Tuesday, December 23, 2014


Features

Humanitarian Crisis Deepens In Gaza

An Israeli air strike hits near a mosque in the southern Gaza Strip town of Rafah.
An Israeli air strike hits near a mosque in the southern Gaza Strip town of Rafah.
The Israeli campaign against Hamas is now in its third week with no end in sight. In the densely populated Gaza Strip, the conditions for civilians are worsening daily.

Mohammed Ali, the Gaza City-based advocacy and media researcher for the British charity Oxfam, described the situation in his neighborhood in the south of the city to RFE/RL correspondent Charles Recknagel.

RFE/RL: You live in Gaza City, some 3 kilometers from where ground fighting is taking place in the southern suburbs. The combat follows a pattern of overnight air strikes, Israeli troops advancing deeper into the suburbs at dawn, and then the Israelis consolidating their positions and relative quiet during the day. What do you see around you at the moment?

Mohammed Ali: The streets are empty so far, the Israelis have given a three-hour cease-fire for humanitarian reasons in Gaza. However, within these three hours we can hear from time to time the exchange of fire, but people feel a little bit encouraged to go out within the time of the three hours of the cease-fire to go and find food.

RFE/RL: Is there food to buy in the markets?

Ali: People have no money because banks are closed. We are talking about poverty, with more than 65 percent of the population already living under the line of poverty before the Israeli operation started.

Now the government employees have not received their salaries and they have no cash because the banks are simply closed. So, food is not generally available but when it is available it is expensive and people have no cash to buy the food.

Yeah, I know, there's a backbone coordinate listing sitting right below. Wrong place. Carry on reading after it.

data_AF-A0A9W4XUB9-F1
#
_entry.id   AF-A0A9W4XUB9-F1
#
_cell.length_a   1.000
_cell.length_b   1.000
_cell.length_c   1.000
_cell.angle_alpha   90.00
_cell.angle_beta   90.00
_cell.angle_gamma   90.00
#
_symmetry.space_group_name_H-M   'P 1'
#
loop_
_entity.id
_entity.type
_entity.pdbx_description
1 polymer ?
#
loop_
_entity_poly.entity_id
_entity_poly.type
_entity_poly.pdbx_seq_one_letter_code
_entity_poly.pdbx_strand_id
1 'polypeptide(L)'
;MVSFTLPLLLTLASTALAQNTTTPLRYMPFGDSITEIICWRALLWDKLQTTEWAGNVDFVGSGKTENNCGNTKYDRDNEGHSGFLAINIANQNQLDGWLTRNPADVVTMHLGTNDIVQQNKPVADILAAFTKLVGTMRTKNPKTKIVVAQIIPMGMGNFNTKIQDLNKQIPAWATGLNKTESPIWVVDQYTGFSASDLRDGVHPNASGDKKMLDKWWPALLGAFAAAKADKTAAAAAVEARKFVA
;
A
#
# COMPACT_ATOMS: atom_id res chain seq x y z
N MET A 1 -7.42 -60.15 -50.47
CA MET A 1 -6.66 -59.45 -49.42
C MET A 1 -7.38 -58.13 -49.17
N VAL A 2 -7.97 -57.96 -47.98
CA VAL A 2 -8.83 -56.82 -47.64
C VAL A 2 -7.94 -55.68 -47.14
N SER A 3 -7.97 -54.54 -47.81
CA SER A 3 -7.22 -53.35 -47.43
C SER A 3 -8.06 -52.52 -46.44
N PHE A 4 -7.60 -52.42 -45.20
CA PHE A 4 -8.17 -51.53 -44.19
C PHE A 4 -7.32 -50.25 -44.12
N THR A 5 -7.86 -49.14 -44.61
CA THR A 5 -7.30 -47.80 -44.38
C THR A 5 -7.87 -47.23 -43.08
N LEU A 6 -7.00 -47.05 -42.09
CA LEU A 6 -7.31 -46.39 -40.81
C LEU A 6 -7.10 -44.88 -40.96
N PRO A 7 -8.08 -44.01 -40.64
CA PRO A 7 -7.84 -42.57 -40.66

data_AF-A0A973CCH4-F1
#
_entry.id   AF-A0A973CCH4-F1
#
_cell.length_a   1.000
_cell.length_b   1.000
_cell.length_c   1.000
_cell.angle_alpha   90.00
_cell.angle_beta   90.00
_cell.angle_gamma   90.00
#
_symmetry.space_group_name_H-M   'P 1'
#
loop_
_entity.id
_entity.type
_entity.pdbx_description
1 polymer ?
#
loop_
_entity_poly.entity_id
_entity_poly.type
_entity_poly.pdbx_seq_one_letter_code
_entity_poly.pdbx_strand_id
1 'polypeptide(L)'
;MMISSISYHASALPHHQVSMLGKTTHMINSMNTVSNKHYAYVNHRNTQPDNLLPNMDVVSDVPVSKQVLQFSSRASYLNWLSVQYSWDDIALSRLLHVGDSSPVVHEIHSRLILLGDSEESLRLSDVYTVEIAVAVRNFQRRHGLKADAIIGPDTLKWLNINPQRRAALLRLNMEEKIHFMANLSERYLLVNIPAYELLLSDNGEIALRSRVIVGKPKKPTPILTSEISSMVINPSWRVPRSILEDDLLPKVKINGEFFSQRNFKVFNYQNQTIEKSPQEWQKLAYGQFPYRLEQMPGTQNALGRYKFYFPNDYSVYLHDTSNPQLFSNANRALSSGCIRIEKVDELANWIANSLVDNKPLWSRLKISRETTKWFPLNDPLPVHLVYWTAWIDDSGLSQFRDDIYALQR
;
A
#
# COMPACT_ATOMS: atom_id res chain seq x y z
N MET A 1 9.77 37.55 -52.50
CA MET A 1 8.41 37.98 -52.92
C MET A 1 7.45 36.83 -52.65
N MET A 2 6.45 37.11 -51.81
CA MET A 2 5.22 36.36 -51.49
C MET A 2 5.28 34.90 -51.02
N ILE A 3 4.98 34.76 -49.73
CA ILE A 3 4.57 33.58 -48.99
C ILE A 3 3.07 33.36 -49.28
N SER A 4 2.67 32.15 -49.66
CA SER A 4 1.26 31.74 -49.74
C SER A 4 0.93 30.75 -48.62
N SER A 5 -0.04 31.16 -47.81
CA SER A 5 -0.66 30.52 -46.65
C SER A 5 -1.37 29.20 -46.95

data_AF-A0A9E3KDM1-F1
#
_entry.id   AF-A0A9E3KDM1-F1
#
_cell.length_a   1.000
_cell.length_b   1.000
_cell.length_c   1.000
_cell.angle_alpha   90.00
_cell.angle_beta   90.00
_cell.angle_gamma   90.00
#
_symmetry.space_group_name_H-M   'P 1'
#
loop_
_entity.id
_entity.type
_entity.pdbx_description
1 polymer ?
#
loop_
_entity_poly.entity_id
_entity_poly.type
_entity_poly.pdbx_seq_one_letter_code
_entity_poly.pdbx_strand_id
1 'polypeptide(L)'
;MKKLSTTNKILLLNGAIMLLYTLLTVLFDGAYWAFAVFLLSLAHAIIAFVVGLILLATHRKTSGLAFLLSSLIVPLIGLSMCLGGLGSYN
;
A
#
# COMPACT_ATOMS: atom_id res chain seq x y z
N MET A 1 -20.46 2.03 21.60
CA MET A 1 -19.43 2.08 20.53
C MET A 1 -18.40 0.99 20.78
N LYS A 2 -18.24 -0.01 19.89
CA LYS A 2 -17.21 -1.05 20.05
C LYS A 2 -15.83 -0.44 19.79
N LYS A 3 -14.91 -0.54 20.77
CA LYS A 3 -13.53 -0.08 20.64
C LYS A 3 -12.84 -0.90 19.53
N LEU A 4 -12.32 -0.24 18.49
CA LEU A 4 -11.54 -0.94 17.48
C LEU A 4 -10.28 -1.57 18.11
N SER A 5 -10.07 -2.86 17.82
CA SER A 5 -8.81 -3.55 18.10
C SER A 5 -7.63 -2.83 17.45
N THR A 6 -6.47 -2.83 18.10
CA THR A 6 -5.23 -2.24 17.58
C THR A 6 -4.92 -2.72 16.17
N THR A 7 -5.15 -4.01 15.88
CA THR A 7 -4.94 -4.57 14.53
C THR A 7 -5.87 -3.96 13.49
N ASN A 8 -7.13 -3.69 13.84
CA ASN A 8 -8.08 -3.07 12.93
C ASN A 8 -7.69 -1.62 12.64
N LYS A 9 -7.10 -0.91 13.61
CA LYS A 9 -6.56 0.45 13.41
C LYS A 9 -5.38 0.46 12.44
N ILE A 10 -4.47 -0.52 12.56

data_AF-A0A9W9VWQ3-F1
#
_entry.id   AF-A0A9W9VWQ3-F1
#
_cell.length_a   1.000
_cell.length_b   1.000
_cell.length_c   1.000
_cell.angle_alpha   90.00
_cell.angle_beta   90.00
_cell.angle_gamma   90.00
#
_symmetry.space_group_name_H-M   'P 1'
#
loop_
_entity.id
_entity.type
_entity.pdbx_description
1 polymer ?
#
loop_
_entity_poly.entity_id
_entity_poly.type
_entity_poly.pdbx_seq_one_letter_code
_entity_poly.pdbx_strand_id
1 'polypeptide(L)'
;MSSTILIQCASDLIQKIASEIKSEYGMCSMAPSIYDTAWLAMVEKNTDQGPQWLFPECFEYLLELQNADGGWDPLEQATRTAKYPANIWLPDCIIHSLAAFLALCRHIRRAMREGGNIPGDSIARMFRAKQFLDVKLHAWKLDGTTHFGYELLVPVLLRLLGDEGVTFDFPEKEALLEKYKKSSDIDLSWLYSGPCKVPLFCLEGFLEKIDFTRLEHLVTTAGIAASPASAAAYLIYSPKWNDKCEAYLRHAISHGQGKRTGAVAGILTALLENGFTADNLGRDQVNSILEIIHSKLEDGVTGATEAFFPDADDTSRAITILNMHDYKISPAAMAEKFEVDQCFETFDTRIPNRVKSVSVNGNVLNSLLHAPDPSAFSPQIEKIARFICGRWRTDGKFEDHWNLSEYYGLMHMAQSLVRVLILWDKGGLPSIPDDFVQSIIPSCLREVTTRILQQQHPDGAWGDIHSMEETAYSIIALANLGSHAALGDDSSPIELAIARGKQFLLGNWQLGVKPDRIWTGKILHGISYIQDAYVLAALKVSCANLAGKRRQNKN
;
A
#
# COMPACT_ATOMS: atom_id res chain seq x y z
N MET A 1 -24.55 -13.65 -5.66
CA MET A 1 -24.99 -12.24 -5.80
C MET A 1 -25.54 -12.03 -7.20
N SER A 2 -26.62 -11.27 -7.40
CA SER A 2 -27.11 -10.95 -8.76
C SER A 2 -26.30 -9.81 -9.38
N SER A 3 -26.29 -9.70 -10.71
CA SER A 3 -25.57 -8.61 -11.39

RFE/RL: Is any free food being distributed by groups like yours?

Ali: Oxfam in the first day of the Israeli military operation suspended its humanitarian aid work that serves 25,000 people in the Gaza Strip, simply because there is no security and safety due to the intensity of the Israeli shelling and bombardment.

RFE/RL: You mentioned the three-hour cease-fire, which for several days now has been granted to give time for trucks to bring in vital supplies like medicine from Israel. But humanitarian groups say there are severe shortages of everything. How would you describe the overall situation?

Ali: Sixty-five percent of the population -- there are a total of 1.5 million people in the Gaza Strip -- has no proper access to water. I would say that only two hours each week they have access to water.

And the medical situation now is really in danger because hospitals are dependent on backup generators to generate electricity for the intensive-care unit and other vital departments. These generators might stop at any moment because they are not designed to work for a long time. The hospitals are overwhelmed with injuries.

The humanitarian situation was already, before the Israeli military operation, in severe conditions due to the 1 1/2 year of the Israeli blockade, which exhausted the Palestinian people in the Gaza Strip and exhausted the market of food, fuel, and electricity, also.

RFE/RL: Finally, there are many reports of people fleeing the fighting, including from the southern suburbs near where you live. Where do they go?

Ali: Thousands of people have fled their homes, going to UN schools or their relatives, trying to find a safer place anywhere they can protect themselves from the Israeli shelling.
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